Beast on the Moon

Carter Uslabar, Editor in Chief

“Beast on the Moon,” known the world over and written by UW Oshkosh professor Richard Kalinoski, is opening for its first performance in the experimental theatre of the Frederic March Theatre on Feb. 27
The play has been translated into 19 languages and has been produced across the globe from Montreal to London to Paris, to towns in remote Siberia. This is the first time Kalinoski’s show is being produced at UWO.

“Beast on the Moon” has been awarded for its outstanding merit as a play as well as for its relevance to the

Carter Uslabar
FROM LEFT: Ali Basham as Seta, Max Benitz as Aram and Dawson Fish as a young Vincent fill the stage as Aram confronts Seta

Armenian community.

From the first moments of the play, the arrhythmic clacking of footsteps anxiously pacing the stage, the audience is drawn into the narrative surrounding the relationship of Aram, an Armenian refugee, and his child-bride, Seta.

The audience is pulled into the poignant dissonance between Aram and Seta. The two can hardly relate on any level other than that of the trauma of their past, escaping the Armenian genocide, and their struggles with infertility. The experimental theatre places the audience intimately close to the stage.

“When you have a story that really tugs on your heartstrings — a story that connects with its audience, really bringing it closer to the people who are witnessing it makes that a lot easier,” Max Benitz, who plays Aram, said of the venue.

“I get to work with a character that has all these intricacies to him and he has this deep sadness, but at the same time,” Benitz said. “Aram is always masking that and trying to become more than that, and being able to play with that has been really great.”

Carter Uslabar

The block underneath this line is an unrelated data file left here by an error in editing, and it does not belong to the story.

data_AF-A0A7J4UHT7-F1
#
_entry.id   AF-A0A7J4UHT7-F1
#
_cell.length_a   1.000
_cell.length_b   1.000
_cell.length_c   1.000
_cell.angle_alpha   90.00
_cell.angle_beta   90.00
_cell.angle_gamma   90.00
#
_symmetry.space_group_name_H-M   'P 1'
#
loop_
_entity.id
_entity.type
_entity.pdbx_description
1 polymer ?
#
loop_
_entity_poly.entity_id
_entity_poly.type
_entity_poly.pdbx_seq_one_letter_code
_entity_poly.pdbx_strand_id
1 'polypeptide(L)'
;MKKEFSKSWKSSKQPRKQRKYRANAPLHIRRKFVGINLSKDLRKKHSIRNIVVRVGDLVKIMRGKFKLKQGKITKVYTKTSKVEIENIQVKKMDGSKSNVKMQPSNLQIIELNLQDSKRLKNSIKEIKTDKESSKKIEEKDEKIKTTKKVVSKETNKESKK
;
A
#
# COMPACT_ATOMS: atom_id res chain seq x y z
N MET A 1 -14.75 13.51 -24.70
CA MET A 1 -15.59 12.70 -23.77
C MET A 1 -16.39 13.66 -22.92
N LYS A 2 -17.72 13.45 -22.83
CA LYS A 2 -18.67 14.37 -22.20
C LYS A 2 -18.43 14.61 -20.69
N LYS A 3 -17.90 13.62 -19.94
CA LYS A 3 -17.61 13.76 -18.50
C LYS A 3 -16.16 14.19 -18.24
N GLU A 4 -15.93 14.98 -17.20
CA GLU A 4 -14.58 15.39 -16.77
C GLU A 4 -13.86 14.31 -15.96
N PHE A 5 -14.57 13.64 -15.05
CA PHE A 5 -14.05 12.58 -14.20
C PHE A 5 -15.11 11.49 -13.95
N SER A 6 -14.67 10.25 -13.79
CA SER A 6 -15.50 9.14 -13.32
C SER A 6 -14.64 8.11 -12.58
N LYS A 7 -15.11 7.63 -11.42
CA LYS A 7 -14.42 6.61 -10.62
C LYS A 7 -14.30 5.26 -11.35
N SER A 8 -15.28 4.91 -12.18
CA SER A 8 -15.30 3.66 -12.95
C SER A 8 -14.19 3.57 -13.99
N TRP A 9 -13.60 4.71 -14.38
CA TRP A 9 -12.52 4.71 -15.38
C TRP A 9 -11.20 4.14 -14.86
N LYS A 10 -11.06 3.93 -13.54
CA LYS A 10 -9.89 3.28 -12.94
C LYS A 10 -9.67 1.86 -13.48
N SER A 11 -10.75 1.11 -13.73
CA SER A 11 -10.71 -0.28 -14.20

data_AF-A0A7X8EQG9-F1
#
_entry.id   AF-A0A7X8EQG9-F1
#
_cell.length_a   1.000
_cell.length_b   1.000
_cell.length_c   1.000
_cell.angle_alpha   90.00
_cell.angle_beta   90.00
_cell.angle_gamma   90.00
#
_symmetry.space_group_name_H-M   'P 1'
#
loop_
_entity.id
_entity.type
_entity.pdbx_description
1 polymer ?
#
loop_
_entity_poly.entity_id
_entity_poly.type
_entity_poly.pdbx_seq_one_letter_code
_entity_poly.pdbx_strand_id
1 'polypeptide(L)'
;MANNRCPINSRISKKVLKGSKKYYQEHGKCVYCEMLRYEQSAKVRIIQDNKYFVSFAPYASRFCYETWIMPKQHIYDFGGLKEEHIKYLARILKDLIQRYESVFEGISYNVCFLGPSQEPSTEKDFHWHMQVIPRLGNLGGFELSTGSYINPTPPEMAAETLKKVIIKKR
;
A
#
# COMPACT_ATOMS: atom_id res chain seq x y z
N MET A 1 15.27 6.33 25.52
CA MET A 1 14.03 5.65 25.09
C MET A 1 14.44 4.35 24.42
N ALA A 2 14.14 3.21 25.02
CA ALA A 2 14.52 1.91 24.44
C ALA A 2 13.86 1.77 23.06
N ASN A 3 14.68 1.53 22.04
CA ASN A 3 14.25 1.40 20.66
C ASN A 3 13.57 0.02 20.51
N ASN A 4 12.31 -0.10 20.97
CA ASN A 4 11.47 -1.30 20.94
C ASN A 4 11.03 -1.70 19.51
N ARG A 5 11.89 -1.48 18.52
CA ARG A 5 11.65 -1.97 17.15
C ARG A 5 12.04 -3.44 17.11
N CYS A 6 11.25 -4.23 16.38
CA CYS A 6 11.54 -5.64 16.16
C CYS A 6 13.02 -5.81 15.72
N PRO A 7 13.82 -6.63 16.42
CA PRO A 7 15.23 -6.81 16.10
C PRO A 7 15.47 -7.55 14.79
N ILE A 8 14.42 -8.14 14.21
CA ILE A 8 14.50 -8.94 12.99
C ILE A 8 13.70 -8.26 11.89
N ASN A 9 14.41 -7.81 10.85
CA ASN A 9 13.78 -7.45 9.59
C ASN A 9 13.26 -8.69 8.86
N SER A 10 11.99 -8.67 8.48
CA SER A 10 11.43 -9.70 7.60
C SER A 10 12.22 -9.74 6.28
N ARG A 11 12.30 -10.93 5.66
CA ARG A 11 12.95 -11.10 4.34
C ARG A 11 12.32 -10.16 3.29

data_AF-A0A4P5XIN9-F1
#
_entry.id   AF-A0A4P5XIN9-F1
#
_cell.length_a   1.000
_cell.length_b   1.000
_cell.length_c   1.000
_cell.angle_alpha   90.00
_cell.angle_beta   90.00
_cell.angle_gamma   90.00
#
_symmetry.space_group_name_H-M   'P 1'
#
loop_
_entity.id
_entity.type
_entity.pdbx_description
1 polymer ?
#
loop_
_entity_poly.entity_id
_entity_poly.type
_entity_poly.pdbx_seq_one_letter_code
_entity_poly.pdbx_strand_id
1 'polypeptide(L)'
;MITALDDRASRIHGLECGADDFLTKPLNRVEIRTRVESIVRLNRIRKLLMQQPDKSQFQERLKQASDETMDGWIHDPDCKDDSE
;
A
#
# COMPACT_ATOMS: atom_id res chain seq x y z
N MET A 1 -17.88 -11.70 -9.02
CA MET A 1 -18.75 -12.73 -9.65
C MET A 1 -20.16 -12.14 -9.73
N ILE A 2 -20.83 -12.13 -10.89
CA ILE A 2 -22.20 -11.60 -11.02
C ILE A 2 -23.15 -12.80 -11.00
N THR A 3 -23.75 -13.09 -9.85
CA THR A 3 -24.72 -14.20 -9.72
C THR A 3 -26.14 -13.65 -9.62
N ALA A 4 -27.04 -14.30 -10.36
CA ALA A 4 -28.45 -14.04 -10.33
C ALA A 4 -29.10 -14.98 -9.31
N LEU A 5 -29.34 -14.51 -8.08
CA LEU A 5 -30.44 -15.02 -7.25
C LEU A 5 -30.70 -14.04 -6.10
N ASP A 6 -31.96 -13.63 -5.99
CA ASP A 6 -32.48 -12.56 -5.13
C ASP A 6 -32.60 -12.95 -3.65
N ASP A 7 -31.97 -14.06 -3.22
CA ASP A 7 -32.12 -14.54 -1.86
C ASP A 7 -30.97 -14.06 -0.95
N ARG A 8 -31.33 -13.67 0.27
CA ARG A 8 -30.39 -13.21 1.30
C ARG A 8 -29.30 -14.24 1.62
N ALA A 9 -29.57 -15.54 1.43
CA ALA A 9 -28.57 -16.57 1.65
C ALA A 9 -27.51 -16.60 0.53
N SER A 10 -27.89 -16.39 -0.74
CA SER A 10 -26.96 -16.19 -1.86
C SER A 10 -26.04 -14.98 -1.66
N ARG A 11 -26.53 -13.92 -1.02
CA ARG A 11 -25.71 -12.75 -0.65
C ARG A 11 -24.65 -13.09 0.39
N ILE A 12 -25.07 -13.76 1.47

Chris Flieller, who plays a grown Vincent, wheels an empty stroller onto stage

Aram, who has made his living in America as a photographer, is tortured daily by taking portraits of families. He and Seta are unable to conceive a child — Seta became infertile after starving during the genocide.

This is Kalinoski’s first time directing “Beast on the Moon” in about two decades, giving the actors a unique experience of being directed by the playwright.

“It’s not too often when you get the priveledge of having the playwright in the room — almost never — so to have the man who wrote the play in the room has been wonderful,” Benitz said. “You’re always able to ask questions and really able to build the character.”

Chris Flieller plays the role of a grown version of the child Aram and Seta eventually take in.

“Working with the director who also happens to be the playwright can be a little daunting, but richard is very generous, and really tries to put you at ease about your role in the show,” Flieller said. “So really, I’ve had a lovely time working on the show. It’s an easy part to do, because it’s written so beautifully. The words just kind of spill out. It was easy to memorize because the language has a beautiful music to it and a lyrical poetry to it. It was easy to get into me, and it’s easy to give out.”

Ali Basham plays Seta, the child-bride who learns she is infertile during the play.

“It’s hard to convey the emotions when there are so many in the show. You want to make it obvious, when you’re trying to express something as an actor, but you want it to be realistic,” Basham said. “Just finding the character of seta herself and having the personality, but still trying to deal with her past of the genocide and being and orphan and losing her family and everything.”

The play’s subject and theme is full of sadness, with vignettes of a Aram and Seta’s decaying marriage punctuated by fading, dim blue lights.

Carter Uslabar
FROM LEFT: Ali Basham as Seta, Max Benitz as Aram and Dawson Fish as a young Vincent fill the stage as Aram confronts Seta.

“It’s still horribly relevant,” Flieller said. “We are at a moment now in history when they are more refugees — displaced persons — than other time in human history. This story of refugees, finding their way, finding their place in an America that welcomes them hasn’t lost any of its charge over the years.”

For Kalinoski, the experience of directing his own play for the first time in 20 years has been revealing.

“The eye-opening part of it is that I find myself, as a director, questioning some of the choices that the playwright made,” Kalinoski kidded.

Kalinoski said that the UWO production has a few minor changes to it; a word here, a detail there to make the play more concrete, which he said he never expected to do.

“It’s my play,” Kalinoski said. “I can change it if I want.”